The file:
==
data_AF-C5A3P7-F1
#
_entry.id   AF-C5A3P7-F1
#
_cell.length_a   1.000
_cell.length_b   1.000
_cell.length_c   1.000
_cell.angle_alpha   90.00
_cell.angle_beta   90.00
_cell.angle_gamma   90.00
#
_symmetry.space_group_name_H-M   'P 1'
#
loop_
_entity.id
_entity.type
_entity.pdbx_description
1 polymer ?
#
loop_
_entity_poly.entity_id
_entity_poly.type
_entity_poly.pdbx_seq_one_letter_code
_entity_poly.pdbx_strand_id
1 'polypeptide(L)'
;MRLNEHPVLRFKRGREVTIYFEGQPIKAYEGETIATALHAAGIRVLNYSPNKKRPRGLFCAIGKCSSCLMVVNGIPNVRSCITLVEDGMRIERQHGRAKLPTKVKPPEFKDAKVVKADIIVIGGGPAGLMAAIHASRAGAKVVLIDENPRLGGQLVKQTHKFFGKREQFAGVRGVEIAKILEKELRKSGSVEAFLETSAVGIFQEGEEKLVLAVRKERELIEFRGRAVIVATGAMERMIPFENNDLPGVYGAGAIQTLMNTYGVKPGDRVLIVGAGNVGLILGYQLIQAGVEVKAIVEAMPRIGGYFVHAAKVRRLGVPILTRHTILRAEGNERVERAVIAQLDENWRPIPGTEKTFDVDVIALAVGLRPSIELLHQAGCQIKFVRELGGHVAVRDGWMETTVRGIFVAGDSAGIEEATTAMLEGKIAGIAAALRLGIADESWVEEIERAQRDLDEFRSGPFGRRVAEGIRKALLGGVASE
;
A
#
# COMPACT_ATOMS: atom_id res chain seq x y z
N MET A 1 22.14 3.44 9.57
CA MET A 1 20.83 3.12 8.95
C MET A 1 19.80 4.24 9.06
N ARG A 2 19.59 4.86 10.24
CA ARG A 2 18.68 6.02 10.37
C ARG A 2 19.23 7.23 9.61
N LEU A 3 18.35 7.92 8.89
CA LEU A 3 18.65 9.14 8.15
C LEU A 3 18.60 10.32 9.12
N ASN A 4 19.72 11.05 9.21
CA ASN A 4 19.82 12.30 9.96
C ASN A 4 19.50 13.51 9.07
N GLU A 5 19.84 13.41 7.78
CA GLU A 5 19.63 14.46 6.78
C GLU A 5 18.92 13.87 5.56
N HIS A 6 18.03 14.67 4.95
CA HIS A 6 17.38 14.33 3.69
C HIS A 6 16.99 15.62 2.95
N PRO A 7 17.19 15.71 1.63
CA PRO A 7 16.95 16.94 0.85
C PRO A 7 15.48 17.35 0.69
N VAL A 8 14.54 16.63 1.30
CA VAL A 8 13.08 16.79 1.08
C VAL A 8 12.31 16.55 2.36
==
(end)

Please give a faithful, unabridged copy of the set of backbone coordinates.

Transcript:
data_AF-C5A3P7-F1
#
_entry.id   AF-C5A3P7-F1
#
_cell.length_a   1.000
_cell.length_b   1.000
_cell.length_c   1.000
_cell.angle_alpha   90.00
_cell.angle_beta   90.00
_cell.angle_gamma   90.00
#
_symmetry.space_group_name_H-M   'P 1'
#
loop_
_entity.id
_entity.type
_entity.pdbx_description
1 polymer ?
#
loop_
_entity_poly.entity_id
_entity_poly.type
_entity_poly.pdbx_seq_one_letter_code
_entity_poly.pdbx_strand_id
1 'polypeptide(L)'
;MRLNEHPVLRFKRGREVTIYFEGQPIKAYEGETIATALHAAGIRVLNYSPNKKRPRGLFCAIGKCSSCLMVVNGIPNVRSCITLVEDGMRIERQHGRAKLPTKVKPPEFKDAKVVKADIIVIGGGPAGLMAAIHASRAGAKVVLIDENPRLGGQLVKQTHKFFGKREQFAGVRGVEIAKILEKELRKSGSVEAFLETSAVGIFQEGEEKLVLAVRKERELIEFRGRAVIVATGAMERMIPFENNDLPGVYGAGAIQTLMNTYGVKPGDRVLIVGAGNVGLILGYQLIQAGVEVKAIVEAMPRIGGYFVHAAKVRRLGVPILTRHTILRAEGNERVERAVIAQLDENWRPIPGTEKTFDVDVIALAVGLRPSIELLHQAGCQIKFVRELGGHVAVRDGWMETTVRGIFVAGDSAGIEEATTAMLEGKIAGIAAALRLGIADESWVEEIERAQRDLDEFRSGPFGRRVAEGIRKALLGGVASE
;
A
#
# COMPACT_ATOMS: atom_id res chain seq x y z
N MET A 1 22.14 3.44 9.57
CA MET A 1 20.83 3.12 8.95
C MET A 1 19.80 4.24 9.06
N ARG A 2 19.59 4.86 10.24
CA ARG A 2 18.68 6.02 10.37
C ARG A 2 19.23 7.23 9.61
N LEU A 3 18.35 7.92 8.89
CA LEU A 3 18.65 9.14 8.15
C LEU A 3 18.60 10.32 9.12
N ASN A 4 19.72 11.05 9.21
CA ASN A 4 19.82 12.30 9.96
C ASN A 4 19.50 13.51 9.07
N GLU A 5 19.84 13.41 7.78
CA GLU A 5 19.63 14.46 6.78
C GLU A 5 18.92 13.87 5.56
N HIS A 6 18.03 14.67 4.95
CA HIS A 6 17.38 14.33 3.69
C HIS A 6 16.99 15.62 2.95
N PRO A 7 17.19 15.71 1.63
CA PRO A 7 16.95 16.94 0.85
C PRO A 7 15.48 17.35 0.69
N VAL A 8 14.54 16.63 1.30
CA VAL A 8 13.08 16.79 1.08
C VAL A 8 12.31 16.55 2.36